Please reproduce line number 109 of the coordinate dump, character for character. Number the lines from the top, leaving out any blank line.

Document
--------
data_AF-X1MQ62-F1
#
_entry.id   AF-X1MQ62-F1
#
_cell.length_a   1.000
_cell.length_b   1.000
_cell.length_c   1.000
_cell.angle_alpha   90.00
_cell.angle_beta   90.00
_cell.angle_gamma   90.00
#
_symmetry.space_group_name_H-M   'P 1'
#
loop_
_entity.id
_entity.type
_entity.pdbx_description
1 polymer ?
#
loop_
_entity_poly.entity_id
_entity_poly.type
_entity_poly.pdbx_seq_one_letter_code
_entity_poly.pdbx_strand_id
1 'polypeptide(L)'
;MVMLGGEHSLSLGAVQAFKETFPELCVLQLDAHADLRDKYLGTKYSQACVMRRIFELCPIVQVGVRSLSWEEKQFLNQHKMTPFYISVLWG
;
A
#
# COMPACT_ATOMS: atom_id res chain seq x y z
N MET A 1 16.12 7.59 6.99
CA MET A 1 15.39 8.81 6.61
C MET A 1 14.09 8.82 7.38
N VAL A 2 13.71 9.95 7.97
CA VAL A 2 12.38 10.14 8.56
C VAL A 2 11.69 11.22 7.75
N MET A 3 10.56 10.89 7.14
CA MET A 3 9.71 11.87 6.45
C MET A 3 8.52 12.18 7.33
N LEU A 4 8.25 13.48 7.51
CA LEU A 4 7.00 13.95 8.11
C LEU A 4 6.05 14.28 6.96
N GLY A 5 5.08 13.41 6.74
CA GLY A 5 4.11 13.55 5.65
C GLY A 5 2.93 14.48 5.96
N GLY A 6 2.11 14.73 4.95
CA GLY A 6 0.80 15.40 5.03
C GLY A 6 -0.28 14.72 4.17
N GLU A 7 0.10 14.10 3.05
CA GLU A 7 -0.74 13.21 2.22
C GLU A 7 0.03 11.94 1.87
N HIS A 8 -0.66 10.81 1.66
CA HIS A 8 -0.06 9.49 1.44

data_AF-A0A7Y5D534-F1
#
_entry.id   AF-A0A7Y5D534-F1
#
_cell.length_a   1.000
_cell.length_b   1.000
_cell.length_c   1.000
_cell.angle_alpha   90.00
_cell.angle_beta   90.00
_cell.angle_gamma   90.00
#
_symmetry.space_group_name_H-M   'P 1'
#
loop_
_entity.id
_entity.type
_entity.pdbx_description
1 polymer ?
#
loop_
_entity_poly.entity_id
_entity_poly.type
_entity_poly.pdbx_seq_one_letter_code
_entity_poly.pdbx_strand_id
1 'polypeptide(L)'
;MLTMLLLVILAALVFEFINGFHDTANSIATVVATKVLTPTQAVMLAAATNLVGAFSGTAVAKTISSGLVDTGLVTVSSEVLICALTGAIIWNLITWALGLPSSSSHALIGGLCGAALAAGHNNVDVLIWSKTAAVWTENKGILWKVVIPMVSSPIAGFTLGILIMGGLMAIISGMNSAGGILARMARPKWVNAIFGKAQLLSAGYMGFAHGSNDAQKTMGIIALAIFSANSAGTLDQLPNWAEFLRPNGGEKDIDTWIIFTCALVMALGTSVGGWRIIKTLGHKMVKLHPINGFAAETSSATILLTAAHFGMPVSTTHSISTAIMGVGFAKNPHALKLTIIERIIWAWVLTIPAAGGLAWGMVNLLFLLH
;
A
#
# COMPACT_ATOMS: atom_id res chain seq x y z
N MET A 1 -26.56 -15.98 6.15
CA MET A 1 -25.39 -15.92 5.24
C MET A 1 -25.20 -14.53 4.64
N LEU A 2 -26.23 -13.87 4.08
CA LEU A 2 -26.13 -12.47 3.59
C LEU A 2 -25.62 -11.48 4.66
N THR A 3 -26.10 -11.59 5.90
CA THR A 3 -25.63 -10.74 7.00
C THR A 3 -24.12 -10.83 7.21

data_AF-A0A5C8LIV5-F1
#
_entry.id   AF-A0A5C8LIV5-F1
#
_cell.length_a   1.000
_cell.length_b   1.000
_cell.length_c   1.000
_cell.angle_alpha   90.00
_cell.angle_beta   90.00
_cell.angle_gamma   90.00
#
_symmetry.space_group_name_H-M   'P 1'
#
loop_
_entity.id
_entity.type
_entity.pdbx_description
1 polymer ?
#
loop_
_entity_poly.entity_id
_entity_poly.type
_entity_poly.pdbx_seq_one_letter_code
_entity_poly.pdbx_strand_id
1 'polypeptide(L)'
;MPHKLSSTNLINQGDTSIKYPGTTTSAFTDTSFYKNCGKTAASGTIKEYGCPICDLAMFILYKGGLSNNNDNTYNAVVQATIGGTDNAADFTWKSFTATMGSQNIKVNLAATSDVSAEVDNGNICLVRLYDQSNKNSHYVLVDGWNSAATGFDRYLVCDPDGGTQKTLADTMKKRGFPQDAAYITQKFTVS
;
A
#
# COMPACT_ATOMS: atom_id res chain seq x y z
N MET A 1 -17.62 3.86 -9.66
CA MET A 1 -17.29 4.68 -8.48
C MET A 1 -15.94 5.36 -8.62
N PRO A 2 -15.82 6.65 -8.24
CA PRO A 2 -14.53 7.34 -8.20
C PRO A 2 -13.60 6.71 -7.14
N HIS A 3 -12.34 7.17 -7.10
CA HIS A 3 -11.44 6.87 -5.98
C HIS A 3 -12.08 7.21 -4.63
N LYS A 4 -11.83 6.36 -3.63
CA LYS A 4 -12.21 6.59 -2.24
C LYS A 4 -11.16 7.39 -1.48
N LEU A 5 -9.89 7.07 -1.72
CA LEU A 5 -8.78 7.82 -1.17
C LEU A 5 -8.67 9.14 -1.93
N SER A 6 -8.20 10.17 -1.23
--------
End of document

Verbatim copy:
_entity.pdbx_description